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Tax queries: Pay tax on cash gift from nephew in excess of Rs 50,000

Dilip Lakhani, Senior Chartered Accountant, answers queries from our readers on income tax and other levies.

Updated: Sep 05, 2018, 11.27 AM IST
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Every week, an expert selected by ET answers queries from our readers on income tax and other levies.
Dilip Lakhani, Senior Chartered Accountant, answers queries from our readers on income tax and other levies.

One of my individual clients constructed a residential apartment. The completion certificate was obtained in 2014. However, nine flats are still unsold. And since 2014 she has been deriving rental income from the unsold stock. She had obtained loan from bank as well as unsecured loan from market. Bank loan has since been closed. I am to file the ITR for AY 18-19. My queries are as follows: 1. Whether consequent upon amendment in section 2(24), 2(42), 23(5) the stock is required to be converted to capital asset at FMV? 2. Whether interest on unsecured loan can be claimed from rent. Also, if we opt for deemed rent, interest can be claimed as deduction? 3. Conversion of stock of flats to capital assets attract huge Income tax. Is there any remedy to save the tax? —Pawan K Agrawal

In case of real estate developers, there are usual unsold stock lying with the developers at the year-end. These flats are let out for temporary period until the flats are sold. In such cases, there is no requirement for conversion of stock in trade into capital asset or treating the same to capital asset. Section 28(via) of I-T Act 1961, provides that fair market value of the inventory as on the date on which it is converted into, or treated as, a capital asset determined in the prescribed manner chargeable to tax under the head profits and gains of business or profession. However, so far CBDT has not prescribed the manner for such determination. You are holding nine flats since 2014 and deriving rental income. On these facts a view can be taken that you have treated the stock in trade into capital asset as your earning out of the asset continuously for a long period of time.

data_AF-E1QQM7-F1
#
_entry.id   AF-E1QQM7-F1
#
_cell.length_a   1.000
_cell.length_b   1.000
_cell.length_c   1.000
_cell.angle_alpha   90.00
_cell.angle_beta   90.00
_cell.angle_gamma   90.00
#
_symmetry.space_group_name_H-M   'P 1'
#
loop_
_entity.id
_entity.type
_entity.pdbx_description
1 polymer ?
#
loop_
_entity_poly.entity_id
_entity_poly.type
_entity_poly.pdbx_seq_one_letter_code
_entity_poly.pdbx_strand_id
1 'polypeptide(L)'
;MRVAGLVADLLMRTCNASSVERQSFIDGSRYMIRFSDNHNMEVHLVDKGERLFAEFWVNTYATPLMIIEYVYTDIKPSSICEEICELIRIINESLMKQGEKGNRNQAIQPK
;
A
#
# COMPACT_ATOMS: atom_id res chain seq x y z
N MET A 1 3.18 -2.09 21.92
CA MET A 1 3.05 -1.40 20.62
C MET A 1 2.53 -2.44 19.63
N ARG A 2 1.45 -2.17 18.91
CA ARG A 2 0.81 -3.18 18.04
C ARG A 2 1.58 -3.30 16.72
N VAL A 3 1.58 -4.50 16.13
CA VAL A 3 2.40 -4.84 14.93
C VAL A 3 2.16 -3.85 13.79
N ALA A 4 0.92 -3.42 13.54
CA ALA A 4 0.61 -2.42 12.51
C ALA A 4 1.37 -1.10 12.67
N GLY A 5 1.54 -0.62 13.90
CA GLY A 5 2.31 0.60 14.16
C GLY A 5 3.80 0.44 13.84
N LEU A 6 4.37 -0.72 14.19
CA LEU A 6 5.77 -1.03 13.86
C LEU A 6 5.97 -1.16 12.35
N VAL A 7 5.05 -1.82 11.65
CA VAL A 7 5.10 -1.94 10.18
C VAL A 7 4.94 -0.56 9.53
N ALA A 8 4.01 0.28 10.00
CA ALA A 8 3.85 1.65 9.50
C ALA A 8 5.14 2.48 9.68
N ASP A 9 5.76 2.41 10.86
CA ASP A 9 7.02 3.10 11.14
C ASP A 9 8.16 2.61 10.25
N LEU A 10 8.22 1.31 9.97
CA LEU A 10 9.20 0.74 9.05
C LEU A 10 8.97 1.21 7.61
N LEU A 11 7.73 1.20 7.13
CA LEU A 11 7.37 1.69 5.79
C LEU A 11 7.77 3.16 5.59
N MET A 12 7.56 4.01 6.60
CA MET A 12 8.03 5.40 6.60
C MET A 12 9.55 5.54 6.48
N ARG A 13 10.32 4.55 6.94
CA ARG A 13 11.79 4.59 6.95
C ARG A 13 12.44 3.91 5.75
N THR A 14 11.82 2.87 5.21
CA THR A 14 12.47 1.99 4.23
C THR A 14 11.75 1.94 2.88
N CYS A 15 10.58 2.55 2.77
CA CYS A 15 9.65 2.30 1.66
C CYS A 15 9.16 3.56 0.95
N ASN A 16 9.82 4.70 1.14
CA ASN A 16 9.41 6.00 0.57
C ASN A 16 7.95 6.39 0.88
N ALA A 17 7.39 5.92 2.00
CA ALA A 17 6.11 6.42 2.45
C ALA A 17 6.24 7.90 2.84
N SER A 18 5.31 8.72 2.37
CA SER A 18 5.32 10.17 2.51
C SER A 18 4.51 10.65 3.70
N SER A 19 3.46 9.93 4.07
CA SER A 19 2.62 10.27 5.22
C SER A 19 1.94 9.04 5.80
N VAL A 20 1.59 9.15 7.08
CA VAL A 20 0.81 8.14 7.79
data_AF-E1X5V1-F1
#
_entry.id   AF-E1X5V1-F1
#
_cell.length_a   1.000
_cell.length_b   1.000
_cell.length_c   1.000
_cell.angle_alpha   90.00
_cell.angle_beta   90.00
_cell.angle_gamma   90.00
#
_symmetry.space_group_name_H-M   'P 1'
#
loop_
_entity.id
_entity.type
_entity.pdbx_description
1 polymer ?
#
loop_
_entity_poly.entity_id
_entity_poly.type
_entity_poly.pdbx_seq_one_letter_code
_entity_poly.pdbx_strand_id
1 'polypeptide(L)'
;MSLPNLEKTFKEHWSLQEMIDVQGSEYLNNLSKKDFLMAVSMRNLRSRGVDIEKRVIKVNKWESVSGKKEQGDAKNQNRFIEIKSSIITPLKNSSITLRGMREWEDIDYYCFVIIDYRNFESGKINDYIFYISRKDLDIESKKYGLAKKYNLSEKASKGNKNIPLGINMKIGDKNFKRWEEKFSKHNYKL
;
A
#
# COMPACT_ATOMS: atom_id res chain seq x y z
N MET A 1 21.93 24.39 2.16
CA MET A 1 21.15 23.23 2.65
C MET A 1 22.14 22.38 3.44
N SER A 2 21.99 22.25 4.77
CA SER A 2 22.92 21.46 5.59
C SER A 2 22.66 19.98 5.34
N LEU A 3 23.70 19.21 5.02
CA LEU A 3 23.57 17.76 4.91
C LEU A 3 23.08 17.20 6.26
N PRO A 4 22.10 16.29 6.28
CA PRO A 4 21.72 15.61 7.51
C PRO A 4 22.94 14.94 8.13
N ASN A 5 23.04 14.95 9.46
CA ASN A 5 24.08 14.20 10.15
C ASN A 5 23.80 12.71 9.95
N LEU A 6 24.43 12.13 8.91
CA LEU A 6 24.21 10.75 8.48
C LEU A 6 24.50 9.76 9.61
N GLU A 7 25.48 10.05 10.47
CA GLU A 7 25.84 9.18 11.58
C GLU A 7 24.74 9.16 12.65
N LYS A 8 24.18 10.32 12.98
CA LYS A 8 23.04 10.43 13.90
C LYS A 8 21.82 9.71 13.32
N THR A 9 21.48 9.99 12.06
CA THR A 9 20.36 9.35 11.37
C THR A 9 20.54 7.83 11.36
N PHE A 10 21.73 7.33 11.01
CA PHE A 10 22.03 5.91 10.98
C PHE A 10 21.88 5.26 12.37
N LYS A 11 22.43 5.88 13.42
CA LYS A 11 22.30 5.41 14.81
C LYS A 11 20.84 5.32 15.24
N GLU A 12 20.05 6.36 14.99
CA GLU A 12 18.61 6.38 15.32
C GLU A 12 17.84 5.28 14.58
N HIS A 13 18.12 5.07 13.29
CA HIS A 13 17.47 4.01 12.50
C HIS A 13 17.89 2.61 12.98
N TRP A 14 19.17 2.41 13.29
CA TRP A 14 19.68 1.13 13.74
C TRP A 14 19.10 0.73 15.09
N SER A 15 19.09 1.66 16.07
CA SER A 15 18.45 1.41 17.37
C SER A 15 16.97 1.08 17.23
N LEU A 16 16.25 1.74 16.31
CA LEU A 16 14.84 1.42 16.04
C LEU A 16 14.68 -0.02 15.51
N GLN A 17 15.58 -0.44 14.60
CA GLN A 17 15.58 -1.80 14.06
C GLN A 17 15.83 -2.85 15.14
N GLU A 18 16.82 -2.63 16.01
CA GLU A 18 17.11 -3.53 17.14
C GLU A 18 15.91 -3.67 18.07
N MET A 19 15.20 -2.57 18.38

Unless you can demonstrate that your intention is not to hold the said flat as capital asset, there is a possibility that the department will treat it as a capital asset. In this situation, the provision of section 28(via) will be invoked and you will be liable to pay the tax. There is no distinction for claiming deduction on interest from Bank loan and unsecured loan u/s 24 of the I-T Act. Hence, interest paid on unsecured loan will be allowed as deduction while computing the rental income, even if it is deemed rent provided that you are able to established that the property have been constructed with that borrowed fund concerning the proportion of the unsold flats.

My nephew wants to give Rs 2.75 lakh as gift to me as I want to purchase a residential flat for my family. Is there any tax liability? —Sudit Sharma

Where any person receives any sum of money without consideration in excess of ?50,000 entire value received shall be taxable under Section 56 (2) of the I-T Act 1961. However, gifts received by an individual from his relative are tax-exempt. The term relative is defined under explanation to clause (vii) of section 56 of the I-T Act. Based on the definition of relative provided, you will not qualify for exemption. Therefore, you will be liable to pay tax on the gift received from your nephew.

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(Disclaimer: The opinions expressed in this column are that of the writer. The facts and opinions expressed here do not reflect the views of

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